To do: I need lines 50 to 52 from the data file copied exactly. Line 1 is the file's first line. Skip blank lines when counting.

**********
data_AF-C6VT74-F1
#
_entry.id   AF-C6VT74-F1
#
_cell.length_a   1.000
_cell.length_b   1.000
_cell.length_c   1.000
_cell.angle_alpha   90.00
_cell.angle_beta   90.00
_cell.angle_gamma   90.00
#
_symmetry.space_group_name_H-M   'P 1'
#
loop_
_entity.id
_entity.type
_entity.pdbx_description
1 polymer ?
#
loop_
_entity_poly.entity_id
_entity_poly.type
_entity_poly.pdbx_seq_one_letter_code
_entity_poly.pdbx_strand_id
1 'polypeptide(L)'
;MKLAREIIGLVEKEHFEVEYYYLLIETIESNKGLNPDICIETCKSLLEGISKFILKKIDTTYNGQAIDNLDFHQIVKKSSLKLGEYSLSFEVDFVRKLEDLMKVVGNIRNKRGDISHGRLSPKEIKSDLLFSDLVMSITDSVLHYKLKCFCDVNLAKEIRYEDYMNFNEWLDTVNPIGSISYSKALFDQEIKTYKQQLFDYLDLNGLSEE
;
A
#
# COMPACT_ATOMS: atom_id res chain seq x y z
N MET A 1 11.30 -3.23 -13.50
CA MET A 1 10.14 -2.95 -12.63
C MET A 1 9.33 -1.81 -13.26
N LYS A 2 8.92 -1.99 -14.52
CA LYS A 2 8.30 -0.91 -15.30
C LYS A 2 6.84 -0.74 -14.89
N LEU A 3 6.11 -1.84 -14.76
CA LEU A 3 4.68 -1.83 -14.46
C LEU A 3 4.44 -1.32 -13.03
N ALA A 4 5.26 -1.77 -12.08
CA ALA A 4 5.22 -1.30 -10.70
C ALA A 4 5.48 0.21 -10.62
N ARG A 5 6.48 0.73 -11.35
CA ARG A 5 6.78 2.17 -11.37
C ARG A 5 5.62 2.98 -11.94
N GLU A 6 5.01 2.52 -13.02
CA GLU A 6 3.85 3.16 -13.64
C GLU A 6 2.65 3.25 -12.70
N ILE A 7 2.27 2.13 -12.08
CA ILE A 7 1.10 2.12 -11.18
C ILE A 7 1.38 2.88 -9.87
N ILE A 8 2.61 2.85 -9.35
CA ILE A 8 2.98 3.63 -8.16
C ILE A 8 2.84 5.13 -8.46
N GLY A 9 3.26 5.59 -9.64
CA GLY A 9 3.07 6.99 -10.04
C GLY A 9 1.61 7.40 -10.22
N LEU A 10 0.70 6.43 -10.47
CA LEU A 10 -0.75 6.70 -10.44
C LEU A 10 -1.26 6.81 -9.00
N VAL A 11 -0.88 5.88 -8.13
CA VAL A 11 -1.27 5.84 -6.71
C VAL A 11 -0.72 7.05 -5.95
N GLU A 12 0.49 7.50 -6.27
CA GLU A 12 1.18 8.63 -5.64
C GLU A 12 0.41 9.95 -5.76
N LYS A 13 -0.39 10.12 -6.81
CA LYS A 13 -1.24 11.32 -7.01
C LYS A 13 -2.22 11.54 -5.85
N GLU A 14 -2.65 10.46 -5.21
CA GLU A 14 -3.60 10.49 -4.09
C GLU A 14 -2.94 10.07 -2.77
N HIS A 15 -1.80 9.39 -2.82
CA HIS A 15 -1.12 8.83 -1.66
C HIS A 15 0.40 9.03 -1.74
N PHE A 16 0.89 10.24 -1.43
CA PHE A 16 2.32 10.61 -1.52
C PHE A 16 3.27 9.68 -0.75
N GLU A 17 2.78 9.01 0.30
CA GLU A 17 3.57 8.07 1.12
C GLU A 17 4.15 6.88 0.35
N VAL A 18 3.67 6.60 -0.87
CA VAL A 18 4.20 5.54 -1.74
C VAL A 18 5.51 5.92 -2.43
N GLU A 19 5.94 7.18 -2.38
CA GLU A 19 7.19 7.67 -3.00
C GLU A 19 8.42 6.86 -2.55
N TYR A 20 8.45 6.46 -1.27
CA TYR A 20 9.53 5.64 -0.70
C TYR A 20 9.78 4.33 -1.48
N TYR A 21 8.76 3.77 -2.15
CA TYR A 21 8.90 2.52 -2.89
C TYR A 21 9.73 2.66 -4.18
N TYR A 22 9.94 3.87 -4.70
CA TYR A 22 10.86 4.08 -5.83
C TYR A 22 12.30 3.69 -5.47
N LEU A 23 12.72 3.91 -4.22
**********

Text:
CA ILE A 7 1.10 2.12 -11.18
C ILE A 7 1.38 2.88 -9.87
N ILE A 8 2.61 2.85 -9.35